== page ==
NASA's Swift Observatory, launched into orbit last November 20th, was designed to detect gamma-ray bursts coming from billions of light-years away and to chase them down to their points of origin in a matter of seconds (Sky & Telescope: March 2004, page 33, and March 2005, page 27). It's now doing exactly that, with a vengeance. And on May 9th Swift scored a historic first. It recorded a short burst lasting just 0.03 second, swiveled around, and imaged a weak, fast-fading X-ray afterglow that revealed the event's location to within about 8 arcseconds accuracy. Never before has a mysterious short burst been located so precisely. A closer look at its position with other telescopes is giving hints of what short bursts may actually be.
Gamma-ray bursts (GRBs) come in two distinct types, and astronomers have long suspected that they result from two different causes. The more common long bursts, which last from two seconds to several minutes, have been pretty well solved. In the current picture these happen when the core of a hot, very massive Wolf-Rayet star collapses to form a black hole. An extremely energetic disk of superdense material forms right around the hole and emits narrow jets from its poles at barely under the speed of light; the jets punch clean out of the star (as illustrated at right). If a jet is pointed directly at us, we see it as a gamma burst. The burst is often followed by a lingering afterglow, at wavelengths from X-rays to visible light to radio. The afterglow arises as the jet plows through surrounding interstellar matter in the following hours, days, and weeks.
Short bursts, by contrast, can be as short as several milliseconds. They have shown a striking absence of afterglows — and it is by afterglows that bursts can be accurately located. So astronomers have had little chance to follow up and see what short bursts actually are. A leading theory is that they result from two neutron stars (or perhaps a neutron star and a black hole) spiraling together, fragmenting into a jet-emitting disk, and collapsing into a single black hole. Such an event would be over very fast, and it would create little or no afterglow.
That theory is getting a boost from Swift's May 9th observations of a short burst in Coma Berenices designated GRB 050509B. Swift slewed its X-ray and ultraviolet/optical telescopes onto the right area within 53 seconds, in time to record the barest wisp of an X-ray afterglow that faded out in 5 minutes. There was no trace of visible or ultraviolet light.
Ground-based telescopes started imaging the site within seconds and minutes, and follow-up observations are still continuing. No visible afterglow has been seen, even by 8- and 10-meter VLT and Keck telescopes (early reports of an optical afterglow proved false). But the biggest telescopes do reveal that the location is on the fringes of a giant elliptical galaxy of old, low-mass stars located 2.7 billion light-years away (at redshift 0.226) — a galaxy where no young stars are forming.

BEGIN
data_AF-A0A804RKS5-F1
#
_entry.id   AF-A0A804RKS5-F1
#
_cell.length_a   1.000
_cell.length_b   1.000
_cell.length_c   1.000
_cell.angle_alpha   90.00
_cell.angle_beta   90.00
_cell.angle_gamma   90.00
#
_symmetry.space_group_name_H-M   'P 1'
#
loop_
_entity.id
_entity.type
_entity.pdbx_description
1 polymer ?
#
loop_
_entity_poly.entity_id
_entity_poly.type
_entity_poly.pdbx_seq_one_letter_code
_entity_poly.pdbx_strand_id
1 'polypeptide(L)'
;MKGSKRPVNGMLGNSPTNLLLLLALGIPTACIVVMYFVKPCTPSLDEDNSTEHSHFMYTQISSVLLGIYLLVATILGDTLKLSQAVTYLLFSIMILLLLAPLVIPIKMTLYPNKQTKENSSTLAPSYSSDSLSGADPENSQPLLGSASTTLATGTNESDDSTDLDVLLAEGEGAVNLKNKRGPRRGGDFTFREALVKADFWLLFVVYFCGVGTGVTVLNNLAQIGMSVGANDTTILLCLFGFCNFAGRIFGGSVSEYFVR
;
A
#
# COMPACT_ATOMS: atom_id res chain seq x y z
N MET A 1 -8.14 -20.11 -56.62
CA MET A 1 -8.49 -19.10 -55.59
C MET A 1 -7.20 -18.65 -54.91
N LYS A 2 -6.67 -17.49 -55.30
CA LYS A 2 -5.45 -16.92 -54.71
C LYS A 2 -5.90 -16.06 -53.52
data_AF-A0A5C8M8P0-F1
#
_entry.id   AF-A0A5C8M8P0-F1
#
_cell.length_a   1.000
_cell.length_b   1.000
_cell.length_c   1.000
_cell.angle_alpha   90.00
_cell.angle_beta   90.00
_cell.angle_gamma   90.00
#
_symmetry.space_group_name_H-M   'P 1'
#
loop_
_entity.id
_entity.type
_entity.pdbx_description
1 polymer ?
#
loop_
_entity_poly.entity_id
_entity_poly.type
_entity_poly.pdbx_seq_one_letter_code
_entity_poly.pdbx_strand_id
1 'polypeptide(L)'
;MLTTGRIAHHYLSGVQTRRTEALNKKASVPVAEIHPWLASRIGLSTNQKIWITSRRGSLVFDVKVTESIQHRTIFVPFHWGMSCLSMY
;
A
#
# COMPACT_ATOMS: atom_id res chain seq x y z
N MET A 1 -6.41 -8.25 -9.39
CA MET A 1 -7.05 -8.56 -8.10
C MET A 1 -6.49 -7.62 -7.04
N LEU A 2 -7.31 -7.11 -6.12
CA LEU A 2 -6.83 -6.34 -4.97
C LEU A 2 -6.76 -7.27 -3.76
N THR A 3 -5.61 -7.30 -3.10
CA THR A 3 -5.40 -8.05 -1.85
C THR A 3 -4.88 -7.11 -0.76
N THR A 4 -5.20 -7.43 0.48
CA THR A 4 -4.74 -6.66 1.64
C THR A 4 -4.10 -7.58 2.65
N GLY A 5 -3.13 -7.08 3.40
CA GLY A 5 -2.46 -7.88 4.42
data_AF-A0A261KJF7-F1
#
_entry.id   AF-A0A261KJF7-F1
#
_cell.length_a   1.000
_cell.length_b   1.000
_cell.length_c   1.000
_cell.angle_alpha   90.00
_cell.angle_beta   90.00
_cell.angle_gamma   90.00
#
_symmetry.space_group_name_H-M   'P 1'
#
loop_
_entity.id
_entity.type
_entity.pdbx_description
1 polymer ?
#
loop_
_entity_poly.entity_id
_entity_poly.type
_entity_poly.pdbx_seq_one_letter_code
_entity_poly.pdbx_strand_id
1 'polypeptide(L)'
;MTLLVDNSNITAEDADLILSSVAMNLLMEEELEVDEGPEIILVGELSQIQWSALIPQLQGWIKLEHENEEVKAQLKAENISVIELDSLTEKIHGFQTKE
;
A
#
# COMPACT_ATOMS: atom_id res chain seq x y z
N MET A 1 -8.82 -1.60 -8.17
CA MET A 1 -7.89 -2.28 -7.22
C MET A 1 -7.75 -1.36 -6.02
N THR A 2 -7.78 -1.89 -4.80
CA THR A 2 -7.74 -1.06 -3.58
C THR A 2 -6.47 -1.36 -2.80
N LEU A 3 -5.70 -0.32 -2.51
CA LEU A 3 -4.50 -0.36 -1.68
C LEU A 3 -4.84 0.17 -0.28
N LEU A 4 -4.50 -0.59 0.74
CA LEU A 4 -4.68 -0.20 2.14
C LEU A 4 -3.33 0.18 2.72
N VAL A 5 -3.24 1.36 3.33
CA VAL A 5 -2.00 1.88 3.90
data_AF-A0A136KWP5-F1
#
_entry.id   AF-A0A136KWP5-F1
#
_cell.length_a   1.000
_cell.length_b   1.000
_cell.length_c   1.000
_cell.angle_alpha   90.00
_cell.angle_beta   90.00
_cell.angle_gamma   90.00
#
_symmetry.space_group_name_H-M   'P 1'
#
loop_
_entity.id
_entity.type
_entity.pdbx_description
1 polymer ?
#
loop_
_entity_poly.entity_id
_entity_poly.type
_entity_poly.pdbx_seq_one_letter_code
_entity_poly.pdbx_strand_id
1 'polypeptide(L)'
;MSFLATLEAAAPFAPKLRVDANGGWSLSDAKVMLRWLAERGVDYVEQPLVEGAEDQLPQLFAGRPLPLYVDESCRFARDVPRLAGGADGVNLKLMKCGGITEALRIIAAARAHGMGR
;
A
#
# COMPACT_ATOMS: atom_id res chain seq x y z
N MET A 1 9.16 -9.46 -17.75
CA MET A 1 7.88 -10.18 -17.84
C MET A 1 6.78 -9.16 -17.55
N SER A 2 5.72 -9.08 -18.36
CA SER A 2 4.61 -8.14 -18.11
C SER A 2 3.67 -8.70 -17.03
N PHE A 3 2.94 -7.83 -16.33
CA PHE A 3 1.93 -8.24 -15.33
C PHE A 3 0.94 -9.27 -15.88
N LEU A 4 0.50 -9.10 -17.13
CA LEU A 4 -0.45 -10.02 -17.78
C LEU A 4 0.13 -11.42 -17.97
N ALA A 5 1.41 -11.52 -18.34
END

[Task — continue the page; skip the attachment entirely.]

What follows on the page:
This is important. Long bursts are seen to occur only in galaxies full of very young stars, since massive stars have very short lives and can't wander far from their birthplaces. But neutron stars spiraling together would be much older, typically billions of years old — giving the host galaxy time to age, starbirth to cease, and the star pair to be kicked some distance out of the galaxy by the explosions that long ago gave the neutron stars birth.
However, the case is far from closed. Several extremely faint, distant star-forming galaxies do show up in the background within the burst's position-error circle. This leaves open the possibility that the burst happened in one of them, among a population of massive stars at high redshift.
Then again, the chance that the burst would appear so close to a foreground galaxy as bright as the giant elliptical just by luck is estimated to be only one in 1,000 or so.
Observations are continuing; some models of short bursts, involving a single collapsing white dwarf or neutron star, predict a visible supernova brightening into view 20 or 30 days after the burst — which in this case means at the end of May or in early June.
Swift could repeat its performance by catching another short burst at any time. Meanwhile, it is recording garden-variety long bursts at a rate of about two a week on average. This is nearly the rate that astronomers had hoped for, and it is enabling much more data to be gathered on more bursts than ever before.
For instance, last December 19th Swift caught a long burst that had a complex light curve. Swift relayed the news worldwide fast enough that the 1.3-meter PAIRITEL robotic telescope in Arizona swung to the spot (in Cassiopeia) and began imaging within two minutes of the start of the burst. It was still happening — and PAIRITEL caught a source of infrared light fluctuating in time with the gamma rays. This was a first. Only one other burst has been seen in visible or infrared light while the gamma-ray event was still in progress, and in that case, the light was out of sync with the gamma-ray variations; apparently the light came from interactions of the jet with surrounding gas, afterglow-style. In the December 19th case, however, the light apparently provided a look into the guts of the incredibly powerful jet itself.